Governments are facing revenue and expenditure pressures that will only intensify in the coming decades as the Australian population ages. This is creating an urgent need to reduce costs, particularly in non-front line areas such as administration. At the same time, the public sector is at a crossroads of how services have been delivered in the past and how they will be delivered in the future. It is also facing structural changes, such as an increasingly mobile workforce and more complex service delivery channels.
To deal with these cost pressures and impending structural changes, governments will need to fundamentally change their policy-making and regulatory frameworks, and their approach to service delivery. Adopting digital technologies will be central to solving these problems, but it will also require comprehensive reforms to the public sector. However, such reforms are not just about cutting costs. Improvements to public sector efficiencies and effectiveness, and reduced administration costs can also flow on to a healthier national economy and enable improved services in areas such as health and education.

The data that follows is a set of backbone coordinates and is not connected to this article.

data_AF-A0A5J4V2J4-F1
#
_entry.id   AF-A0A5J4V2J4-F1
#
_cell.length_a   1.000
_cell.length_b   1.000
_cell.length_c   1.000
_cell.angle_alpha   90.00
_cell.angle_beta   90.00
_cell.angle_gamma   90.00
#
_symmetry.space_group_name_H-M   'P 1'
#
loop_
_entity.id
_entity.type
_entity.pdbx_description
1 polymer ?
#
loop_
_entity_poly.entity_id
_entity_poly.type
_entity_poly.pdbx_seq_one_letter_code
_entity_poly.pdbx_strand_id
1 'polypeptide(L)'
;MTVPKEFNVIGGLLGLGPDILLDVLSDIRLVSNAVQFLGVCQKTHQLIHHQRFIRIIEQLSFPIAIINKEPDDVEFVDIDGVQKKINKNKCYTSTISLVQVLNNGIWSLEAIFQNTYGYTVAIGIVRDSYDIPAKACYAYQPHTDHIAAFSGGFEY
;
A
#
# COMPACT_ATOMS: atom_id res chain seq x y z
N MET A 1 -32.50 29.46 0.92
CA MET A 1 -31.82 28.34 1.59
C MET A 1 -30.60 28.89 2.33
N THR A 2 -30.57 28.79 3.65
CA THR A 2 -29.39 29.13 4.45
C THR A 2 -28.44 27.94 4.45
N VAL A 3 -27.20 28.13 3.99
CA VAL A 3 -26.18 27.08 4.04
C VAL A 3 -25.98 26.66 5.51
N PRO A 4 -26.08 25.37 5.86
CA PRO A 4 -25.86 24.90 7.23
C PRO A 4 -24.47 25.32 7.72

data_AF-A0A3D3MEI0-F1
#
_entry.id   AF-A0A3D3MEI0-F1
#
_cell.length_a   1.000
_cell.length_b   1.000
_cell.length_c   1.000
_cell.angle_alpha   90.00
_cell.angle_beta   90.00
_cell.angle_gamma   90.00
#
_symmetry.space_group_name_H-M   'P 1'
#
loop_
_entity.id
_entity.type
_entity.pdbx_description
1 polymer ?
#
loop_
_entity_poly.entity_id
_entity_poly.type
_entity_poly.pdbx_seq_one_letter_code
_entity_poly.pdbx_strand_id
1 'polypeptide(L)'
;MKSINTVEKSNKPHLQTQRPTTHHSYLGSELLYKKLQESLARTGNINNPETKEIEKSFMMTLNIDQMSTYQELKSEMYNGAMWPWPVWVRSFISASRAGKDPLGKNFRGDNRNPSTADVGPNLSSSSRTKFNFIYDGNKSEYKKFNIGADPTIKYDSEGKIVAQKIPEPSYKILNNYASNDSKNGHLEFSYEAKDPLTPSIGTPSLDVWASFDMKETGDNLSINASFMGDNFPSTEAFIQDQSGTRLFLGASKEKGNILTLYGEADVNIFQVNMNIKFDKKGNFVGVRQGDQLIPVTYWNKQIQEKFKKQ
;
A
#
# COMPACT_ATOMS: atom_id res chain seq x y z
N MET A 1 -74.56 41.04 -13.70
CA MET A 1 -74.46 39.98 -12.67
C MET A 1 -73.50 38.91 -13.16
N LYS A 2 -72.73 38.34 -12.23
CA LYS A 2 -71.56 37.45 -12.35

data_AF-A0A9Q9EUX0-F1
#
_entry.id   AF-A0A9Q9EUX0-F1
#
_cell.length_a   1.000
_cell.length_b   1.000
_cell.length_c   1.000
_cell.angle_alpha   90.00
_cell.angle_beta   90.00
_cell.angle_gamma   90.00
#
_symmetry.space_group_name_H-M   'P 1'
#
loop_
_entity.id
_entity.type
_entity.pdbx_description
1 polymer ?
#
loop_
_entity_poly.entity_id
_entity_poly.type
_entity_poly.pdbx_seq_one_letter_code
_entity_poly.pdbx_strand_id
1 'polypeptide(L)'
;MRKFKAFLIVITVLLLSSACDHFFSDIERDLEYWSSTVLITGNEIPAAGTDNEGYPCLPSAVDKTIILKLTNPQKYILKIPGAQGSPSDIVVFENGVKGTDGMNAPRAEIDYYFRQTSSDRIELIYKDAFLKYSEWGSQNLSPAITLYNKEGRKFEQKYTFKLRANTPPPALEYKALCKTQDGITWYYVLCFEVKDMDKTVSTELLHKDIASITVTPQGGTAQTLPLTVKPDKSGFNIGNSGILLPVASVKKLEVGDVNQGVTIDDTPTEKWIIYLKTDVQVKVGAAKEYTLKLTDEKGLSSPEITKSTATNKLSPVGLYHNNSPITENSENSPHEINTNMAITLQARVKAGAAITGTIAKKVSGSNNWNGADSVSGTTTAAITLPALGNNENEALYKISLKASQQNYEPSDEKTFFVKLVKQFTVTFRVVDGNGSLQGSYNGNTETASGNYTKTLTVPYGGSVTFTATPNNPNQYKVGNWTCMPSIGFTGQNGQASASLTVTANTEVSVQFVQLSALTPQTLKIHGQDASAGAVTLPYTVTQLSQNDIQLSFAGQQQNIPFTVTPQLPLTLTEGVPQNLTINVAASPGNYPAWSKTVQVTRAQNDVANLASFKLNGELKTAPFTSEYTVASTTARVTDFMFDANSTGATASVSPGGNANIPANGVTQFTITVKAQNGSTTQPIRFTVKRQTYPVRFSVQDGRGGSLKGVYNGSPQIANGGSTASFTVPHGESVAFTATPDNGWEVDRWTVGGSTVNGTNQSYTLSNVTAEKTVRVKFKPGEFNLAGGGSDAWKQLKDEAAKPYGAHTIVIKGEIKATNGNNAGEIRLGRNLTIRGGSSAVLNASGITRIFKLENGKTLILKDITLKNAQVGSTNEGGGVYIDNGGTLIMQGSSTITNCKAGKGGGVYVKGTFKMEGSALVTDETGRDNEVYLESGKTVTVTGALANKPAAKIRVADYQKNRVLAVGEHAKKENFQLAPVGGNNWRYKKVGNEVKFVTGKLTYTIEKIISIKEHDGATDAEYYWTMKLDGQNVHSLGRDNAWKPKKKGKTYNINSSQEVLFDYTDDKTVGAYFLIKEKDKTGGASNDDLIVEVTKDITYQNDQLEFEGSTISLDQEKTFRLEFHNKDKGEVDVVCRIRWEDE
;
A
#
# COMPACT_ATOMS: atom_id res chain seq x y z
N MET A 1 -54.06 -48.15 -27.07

Many countries around the world are now well aware of the importance of e-government and many governments have shown leadership in developing online services. The benefits of e-government applications can include cutting costs and improving processes and information flow, but one of its primary aims is to improve customer service for citizens.
The government has taken a leading role in developing a National Cloud Computing Strategy, which in turn has created trust within the broader industry to start adopting new opportunities that are becoming available here.
However, now is the time to move away from e-government projects and start looking at transformations that will lead to a truly digital government. As this transformation still needs to start the terms e-government and digital government are used to differentiate between the two.
During 2015 the focus of the Australian Government started move from e-government to digital government.
Table of Contents
Number of pages 23
Last updated 1 Mar 2016
Analyst: Henry Lancaster
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